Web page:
The same is true for nanimals. Rights, if applied the same way, are conditions of existence required by their nature as animals for their proper survival. If animals are to live on earth, it’s right for them to use their minds, to act on their own free judgement.

Barring serious conflicts of interest, nanimals should be allowed the basic conditions of life: their lives, property in their bodies, and freedom from the initial use of force.

Ayn addresses the use of force in Man’s Rights:

To violate man’s rights means to compel him to act against his own judgment, or to expropriate his values. Basically, there is only one way to do it: by the use of physical force.

Yet this is exactly how humans deal with the animals they use: by physical force. How can it be right to use physical force against other animals, yet enjoin humans to not to use it against each other?

This contradiction between proscribing force against humans while allowing it against other animals, smacks not of the enlightened self-interest Ayn praises, but the self-interest of those who realise they can use force with impunity.

Further, Ayn maintained that contradiction is a conflict with reality, since something can’t be both true—violence is an attack on life—and false —violence is not an attack on life (where other animals are concerned)— at the same time.

One final example.

Ayn tells us that, “No man can have a right to impose an unchosen obligation, an unrewarded duty or an involuntary servitude on another man. There can be no such thing as “the right to enslave.””

Yet this is precisely the right that humans grant each other over animals: the right to enslave them.

Given these examples of how what Ayn says can apply to animals generally, rather just humans, what reasoning does she provide to restrict rights to “man”?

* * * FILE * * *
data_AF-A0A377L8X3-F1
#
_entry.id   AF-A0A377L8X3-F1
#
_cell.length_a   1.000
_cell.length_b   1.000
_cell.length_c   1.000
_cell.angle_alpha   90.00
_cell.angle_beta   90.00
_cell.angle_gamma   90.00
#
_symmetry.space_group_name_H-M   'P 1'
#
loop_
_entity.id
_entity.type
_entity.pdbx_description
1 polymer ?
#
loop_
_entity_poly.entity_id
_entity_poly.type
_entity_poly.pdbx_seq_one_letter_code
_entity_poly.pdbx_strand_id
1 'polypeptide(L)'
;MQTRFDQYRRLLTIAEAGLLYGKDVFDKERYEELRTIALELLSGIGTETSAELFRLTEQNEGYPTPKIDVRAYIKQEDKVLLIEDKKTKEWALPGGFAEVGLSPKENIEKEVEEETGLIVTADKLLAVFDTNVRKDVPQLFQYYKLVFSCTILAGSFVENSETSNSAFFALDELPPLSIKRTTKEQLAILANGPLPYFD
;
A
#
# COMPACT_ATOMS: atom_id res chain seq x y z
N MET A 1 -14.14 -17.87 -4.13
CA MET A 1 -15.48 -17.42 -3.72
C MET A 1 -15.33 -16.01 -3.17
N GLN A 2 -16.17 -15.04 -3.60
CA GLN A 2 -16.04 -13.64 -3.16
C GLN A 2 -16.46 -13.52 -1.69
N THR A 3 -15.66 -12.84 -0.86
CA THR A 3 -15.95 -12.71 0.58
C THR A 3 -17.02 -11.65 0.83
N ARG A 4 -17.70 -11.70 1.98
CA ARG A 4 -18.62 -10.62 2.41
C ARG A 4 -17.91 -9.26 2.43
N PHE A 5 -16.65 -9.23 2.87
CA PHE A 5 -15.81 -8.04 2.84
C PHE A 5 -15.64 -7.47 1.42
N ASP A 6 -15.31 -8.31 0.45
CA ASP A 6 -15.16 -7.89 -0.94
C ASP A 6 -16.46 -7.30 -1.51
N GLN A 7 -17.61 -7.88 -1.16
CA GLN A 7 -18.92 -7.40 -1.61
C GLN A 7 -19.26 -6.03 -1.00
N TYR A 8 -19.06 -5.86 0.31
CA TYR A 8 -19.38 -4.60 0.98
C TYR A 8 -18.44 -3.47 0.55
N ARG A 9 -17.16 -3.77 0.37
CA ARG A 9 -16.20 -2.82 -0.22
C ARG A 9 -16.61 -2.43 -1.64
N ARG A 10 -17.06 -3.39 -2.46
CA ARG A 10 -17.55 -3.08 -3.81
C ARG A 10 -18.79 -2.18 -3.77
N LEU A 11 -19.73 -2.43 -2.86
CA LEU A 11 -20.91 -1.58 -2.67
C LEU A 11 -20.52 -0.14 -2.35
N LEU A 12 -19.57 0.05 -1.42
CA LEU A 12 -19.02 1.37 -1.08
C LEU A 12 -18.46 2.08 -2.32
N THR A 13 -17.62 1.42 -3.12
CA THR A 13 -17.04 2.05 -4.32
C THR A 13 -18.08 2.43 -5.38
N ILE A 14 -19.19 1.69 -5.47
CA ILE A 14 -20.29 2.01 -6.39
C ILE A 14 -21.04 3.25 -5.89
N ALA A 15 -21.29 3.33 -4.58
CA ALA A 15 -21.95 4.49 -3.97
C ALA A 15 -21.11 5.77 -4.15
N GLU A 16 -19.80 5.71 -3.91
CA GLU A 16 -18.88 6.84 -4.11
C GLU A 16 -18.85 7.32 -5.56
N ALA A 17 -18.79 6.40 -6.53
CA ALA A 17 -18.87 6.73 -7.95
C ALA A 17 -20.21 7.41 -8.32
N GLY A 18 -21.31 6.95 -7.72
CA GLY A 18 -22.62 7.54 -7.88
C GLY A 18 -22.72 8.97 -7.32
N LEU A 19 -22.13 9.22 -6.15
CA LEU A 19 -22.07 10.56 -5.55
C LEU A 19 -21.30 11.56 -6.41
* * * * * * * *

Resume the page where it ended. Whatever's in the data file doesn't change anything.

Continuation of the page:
Society VX

My book, Society VX, explains that this seems to be because Ayn didn’t think other animals were “volitional” or possess the same level of intelligence.

Yet the book refers to a 2013 edition of the journal Experimental Brain Research, where authors state that other animals, including invertebrates, do possess volition: the ability to act by choice (rather than automatic response).

With regard to intelligence, the book describes how pigeons were trained to identify malignant breast cancer tumours on mammograms at a standard comparable to humans.

This is not to say nanimals have the same intelligence as humans, but that they do possess intelligence, and asserting the right to use force because of our ‘superior’ intelligence is asserting the right of the ‘more intelligent’ to subordinate the ‘less intelligent.’

Of the right for the most intelligent to assume the role of the Master Race.

My book also points out research that bees have conceptual ability.

Society VX presents Ayn’s view of social structure, along with related concepts, but differs on her view of other animals.

Even so, it uses her own concepts to argue that animal use is unjustified.

Animal food required?

Clearly, harming and killing animals is bad for them. But is it necessary for humans to sustain life?

According to the Academy of Nutrition and Dietetics, the largest body of nutrition professionals in the world, no.

They say that vegan diets (which exclude all animal foods) “are healthful, nutritionally adequate, and may provide health benefits in the prevention and treatment of certain diseases.”

That a vegan diet can be healthy, is echoed by nutrition, health and advisory bodies in different part of the world—such as the Dietitians Association of Australia, the UK National Health Service, and Nordic Council of Ministers.

In fact, eating animal products can increase health risks.

Given it’s not necessary to eat them, then based on Ayn’s own arguments, there appear to be no reasons—other than habit and lack of will to change—to continue using them.

You can find out how to become vegan here.